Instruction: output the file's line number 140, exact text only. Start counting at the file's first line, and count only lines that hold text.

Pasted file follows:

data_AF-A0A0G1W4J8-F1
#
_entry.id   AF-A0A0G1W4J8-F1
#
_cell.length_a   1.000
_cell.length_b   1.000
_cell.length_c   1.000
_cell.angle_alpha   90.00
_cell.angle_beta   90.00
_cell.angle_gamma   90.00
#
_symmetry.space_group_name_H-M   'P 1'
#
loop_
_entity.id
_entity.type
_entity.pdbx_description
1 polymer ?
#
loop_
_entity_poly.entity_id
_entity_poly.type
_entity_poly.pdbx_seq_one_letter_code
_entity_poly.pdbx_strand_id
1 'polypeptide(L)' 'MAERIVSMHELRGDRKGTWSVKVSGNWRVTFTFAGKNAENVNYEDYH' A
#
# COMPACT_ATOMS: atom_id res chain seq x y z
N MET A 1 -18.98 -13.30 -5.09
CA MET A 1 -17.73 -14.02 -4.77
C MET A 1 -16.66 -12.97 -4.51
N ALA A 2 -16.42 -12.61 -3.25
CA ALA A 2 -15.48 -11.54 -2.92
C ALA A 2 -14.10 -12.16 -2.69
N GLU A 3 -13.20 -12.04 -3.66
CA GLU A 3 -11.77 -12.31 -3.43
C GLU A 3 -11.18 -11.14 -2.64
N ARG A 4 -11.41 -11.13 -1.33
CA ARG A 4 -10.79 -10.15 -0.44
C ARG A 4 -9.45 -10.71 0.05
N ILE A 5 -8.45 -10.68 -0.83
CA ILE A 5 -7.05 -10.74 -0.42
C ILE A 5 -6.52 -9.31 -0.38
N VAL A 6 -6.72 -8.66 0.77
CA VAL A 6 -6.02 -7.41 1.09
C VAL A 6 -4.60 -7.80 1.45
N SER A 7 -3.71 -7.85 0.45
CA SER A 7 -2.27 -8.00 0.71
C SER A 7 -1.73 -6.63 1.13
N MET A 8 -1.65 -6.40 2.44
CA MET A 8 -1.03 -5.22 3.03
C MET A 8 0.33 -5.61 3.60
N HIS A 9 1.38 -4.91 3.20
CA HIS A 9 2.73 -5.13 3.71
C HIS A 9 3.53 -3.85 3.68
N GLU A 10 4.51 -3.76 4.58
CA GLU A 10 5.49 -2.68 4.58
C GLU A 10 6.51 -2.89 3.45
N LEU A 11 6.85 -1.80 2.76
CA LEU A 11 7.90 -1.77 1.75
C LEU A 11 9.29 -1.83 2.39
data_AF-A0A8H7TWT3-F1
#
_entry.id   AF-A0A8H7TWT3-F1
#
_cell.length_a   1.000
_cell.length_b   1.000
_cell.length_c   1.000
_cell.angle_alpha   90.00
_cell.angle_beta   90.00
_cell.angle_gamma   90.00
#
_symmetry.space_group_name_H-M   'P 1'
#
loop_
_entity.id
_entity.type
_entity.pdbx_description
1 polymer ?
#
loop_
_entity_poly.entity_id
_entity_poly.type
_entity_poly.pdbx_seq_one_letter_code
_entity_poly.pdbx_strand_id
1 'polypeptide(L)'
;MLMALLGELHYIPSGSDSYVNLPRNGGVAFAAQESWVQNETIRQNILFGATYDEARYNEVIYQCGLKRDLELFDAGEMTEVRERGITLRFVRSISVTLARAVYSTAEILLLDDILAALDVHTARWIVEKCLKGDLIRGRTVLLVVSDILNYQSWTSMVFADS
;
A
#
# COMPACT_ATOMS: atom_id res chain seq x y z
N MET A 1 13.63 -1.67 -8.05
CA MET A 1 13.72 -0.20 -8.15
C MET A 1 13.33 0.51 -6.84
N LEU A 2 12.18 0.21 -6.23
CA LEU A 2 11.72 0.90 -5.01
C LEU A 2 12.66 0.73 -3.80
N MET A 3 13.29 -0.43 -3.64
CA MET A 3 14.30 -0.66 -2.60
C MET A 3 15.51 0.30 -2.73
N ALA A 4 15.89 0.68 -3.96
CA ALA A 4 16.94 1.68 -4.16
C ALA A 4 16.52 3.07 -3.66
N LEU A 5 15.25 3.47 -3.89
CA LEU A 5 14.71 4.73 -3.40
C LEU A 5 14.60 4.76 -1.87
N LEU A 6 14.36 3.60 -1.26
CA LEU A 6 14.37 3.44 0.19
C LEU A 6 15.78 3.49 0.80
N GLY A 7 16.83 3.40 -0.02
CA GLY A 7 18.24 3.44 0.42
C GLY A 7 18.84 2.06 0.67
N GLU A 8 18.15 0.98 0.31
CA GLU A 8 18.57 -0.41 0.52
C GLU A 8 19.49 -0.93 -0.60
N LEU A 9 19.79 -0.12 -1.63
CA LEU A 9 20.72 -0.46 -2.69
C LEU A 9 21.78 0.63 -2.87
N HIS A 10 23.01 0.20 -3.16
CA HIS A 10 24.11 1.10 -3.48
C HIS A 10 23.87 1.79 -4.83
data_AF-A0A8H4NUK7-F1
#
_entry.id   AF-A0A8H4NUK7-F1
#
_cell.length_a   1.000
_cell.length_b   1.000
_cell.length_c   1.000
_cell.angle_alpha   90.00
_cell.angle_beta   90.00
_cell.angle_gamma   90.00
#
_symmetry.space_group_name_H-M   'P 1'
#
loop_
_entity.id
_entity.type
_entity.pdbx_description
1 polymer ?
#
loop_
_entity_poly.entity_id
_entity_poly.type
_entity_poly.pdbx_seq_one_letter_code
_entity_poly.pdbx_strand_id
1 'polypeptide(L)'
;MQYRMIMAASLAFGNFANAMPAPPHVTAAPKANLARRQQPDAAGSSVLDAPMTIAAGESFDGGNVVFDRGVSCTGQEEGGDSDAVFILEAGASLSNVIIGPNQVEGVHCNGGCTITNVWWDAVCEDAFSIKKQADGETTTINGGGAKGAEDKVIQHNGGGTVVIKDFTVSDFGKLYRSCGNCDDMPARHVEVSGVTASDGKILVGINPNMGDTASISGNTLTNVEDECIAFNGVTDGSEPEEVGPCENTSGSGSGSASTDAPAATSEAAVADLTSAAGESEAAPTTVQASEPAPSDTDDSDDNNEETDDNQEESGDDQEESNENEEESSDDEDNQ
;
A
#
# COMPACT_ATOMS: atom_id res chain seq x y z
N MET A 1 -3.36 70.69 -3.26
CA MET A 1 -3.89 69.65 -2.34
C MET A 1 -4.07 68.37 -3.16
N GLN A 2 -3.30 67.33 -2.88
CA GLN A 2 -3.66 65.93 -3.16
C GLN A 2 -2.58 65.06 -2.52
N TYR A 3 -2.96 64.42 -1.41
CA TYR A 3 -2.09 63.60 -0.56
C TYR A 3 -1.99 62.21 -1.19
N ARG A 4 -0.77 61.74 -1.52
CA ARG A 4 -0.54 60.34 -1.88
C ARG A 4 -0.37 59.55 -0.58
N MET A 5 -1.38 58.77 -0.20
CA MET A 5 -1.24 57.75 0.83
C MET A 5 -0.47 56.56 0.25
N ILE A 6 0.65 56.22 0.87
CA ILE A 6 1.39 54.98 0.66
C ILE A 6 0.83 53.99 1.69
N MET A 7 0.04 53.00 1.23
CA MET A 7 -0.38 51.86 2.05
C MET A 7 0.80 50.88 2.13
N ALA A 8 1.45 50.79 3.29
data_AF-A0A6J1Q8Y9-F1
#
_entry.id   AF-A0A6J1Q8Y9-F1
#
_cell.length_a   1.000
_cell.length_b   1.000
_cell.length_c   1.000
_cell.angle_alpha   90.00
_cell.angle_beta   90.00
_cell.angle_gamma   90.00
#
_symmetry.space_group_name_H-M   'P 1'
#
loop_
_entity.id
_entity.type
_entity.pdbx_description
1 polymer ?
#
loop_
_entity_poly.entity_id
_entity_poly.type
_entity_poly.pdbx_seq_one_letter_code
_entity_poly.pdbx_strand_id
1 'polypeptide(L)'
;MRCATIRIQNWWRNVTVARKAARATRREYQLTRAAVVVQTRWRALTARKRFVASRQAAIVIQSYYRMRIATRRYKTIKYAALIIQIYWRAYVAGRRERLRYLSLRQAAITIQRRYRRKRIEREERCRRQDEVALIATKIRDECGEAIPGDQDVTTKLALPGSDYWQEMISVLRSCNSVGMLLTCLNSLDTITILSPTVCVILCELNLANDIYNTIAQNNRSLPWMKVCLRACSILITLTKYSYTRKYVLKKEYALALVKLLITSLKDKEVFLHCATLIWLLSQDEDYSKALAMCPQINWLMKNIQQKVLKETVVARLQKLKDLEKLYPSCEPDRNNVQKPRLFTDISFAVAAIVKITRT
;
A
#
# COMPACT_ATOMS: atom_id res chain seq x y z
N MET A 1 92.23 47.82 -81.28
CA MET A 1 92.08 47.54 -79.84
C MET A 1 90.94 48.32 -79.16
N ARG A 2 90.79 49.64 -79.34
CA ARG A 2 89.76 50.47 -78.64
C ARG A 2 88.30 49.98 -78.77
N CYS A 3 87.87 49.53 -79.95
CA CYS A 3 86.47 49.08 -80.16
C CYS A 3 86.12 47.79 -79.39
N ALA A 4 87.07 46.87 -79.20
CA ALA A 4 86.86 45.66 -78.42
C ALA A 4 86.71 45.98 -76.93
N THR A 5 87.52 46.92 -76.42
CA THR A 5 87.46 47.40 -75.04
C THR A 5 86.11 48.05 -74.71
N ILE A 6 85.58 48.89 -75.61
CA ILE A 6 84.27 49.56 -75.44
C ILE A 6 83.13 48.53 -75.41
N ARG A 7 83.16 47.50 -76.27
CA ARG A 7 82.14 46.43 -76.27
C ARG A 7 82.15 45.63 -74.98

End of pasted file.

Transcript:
loop_